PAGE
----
Our Heart Is Not With The Children

, , , , , | Right | April 19, 2018

(I work as a bagger at a grocery chain well known for its great customer service, assigned baggers at each till, and complimentary service to take customers’ carts out and load their cars. I wear a small heart monitor that has wires connected to leads on my chest, slightly visible under the shirt if I am standing straight. If my heart rate goes too fast or there is an unusual-looking rhythm spike, the monitor lets out a loud beep and I have five minutes to press a button telling it that I don’t need emergency services. If I don’t or can’t hit the button, EMTs are dispatched to make sure I’m not passed out from a dangerous rhythm and unable to get help. A nanny pulls up with a half-full cart and two young boys. One boy is probably four years old and the other is about six or seven, obviously the worst-behaved of the two.)

Me: “Well, hi there, big guys!”

(I start bagging and carefully setting things in the cart around them. The older boy stands up in the cart and leans over to start hitting me in the shoulder and upper chest, with a huge smile on his face.)

Me: “Uh…”

(I pat his head gently to move him back a bit. It’s only my second month working, and I’m afraid to talk back to any customer, no matter how young. The nanny is having a conversation with the mother on the phone, is obviously very overworked, and doesn’t see what’s happening. A few minutes later, I finish bagging and put two hands on the side of the cart to offer to take them out and load their car. I’ve quietly asked the boy to stop several times, but he keeps hitting me. It’s gentle enough, since he’s young, so I tolerate it. The nanny finally notices as she begins writing out the check.)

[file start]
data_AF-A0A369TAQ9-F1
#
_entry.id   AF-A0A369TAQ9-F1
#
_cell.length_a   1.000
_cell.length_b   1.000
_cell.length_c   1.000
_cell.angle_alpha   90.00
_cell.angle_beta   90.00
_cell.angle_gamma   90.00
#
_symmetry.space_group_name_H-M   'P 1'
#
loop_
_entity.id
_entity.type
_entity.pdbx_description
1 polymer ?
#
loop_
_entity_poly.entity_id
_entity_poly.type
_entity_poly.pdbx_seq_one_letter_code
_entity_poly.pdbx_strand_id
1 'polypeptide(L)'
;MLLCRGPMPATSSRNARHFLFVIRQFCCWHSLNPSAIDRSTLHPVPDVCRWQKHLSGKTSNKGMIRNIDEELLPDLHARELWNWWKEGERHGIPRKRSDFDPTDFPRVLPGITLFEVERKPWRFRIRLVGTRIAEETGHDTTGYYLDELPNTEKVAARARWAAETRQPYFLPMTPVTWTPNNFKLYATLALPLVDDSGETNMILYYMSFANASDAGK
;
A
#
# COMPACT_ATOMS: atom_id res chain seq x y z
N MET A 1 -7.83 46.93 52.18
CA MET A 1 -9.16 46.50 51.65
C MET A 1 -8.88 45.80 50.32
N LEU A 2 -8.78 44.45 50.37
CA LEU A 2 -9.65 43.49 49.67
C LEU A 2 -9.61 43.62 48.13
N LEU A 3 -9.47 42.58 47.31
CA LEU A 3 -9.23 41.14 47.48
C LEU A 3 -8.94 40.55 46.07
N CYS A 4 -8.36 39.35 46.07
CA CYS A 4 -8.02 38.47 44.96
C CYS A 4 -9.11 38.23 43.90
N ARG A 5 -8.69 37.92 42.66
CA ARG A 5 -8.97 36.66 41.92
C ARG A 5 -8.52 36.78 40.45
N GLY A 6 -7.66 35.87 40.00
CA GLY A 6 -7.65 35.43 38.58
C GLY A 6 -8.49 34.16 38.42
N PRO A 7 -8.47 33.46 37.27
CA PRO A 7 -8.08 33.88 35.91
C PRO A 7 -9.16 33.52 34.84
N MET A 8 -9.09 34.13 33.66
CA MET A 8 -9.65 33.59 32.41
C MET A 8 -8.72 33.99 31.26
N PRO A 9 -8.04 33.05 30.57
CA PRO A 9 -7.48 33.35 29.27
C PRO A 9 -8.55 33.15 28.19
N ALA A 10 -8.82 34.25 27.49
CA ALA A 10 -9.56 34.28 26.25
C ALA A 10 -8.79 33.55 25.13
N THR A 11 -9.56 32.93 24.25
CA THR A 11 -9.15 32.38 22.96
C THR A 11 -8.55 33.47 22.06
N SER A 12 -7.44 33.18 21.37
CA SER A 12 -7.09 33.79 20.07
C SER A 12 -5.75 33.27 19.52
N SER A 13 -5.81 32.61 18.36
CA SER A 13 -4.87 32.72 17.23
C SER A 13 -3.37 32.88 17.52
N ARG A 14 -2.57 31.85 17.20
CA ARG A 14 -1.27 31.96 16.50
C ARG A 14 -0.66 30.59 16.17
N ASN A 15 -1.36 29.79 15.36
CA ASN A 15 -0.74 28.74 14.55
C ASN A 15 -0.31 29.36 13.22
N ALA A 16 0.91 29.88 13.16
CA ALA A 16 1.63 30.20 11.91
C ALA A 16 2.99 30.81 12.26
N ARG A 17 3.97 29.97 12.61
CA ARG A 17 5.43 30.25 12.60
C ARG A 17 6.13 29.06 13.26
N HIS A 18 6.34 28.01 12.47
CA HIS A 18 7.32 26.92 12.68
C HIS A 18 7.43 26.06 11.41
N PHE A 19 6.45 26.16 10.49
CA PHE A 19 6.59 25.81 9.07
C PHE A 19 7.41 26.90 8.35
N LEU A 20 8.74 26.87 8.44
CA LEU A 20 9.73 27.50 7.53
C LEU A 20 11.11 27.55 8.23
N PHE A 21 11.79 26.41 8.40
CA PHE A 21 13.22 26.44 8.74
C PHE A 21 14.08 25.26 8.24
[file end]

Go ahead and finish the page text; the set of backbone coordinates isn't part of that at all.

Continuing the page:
Nanny:  “Hey, now, she ain’t afraid of you. Stop it.”

(She goes back to her check. The older boy gets nose to nose with me, as I turn my head back to adjust my hold on the cart, and blows a very spitty raspberry in my face before landing a rather hard punch right on one of my monitor leads.)

Me: “Hey!”

(The monitor goes off. I have to pull my shoulders back so I can reach it on the back of my belt to shut it off.)

Older Boy: “OH! WHAT’S THAT?!”

(Then, he grabbed the now visible wire bumps and ripped my leads off my chest. I don’t think I’ve ever seen someone as mortified as that poor nanny. Next time, when the mother actually came in with her children, the manager told her that she could no longer bring the kids into the store because her son had practically assaulted me. She left all huffy after they showed her the security tapes of her “little angel.”)

Doesn’t Have The Power(ball) To Change

, , , , | Right | April 18, 2018

(I’m working the lottery counter at customer service. A customer comes up with a Powerball slip and when my lotto rejects it, I realize it’s an old slip.)

Me: “I’m sorry, sir, but this is an old Powerball slip. They changed the game, so you’ll need to fill out a new one.”

Customer: “New slip?”

Me: “Yeah, they didn’t say anything about changing the game, but the numbers are different. There are more up top and less down bottom.”

Customer: *stares at me with a slightly irritated expression*

Me: “We have new slips right over on the counter, so all you need to do is fill out a new one.”

(The customer steps back, stomps to the side, and tears his old Powerball slip it half, tossing it onto the floor and walking away.)

Me: “Or you could do that.”

You’re Sew Racist!

, , , , | Right | April 18, 2018

(The dry cleaner where I work does onsite alterations with a seamstress on duty. The various sewing machines are clearly visible from the outside.)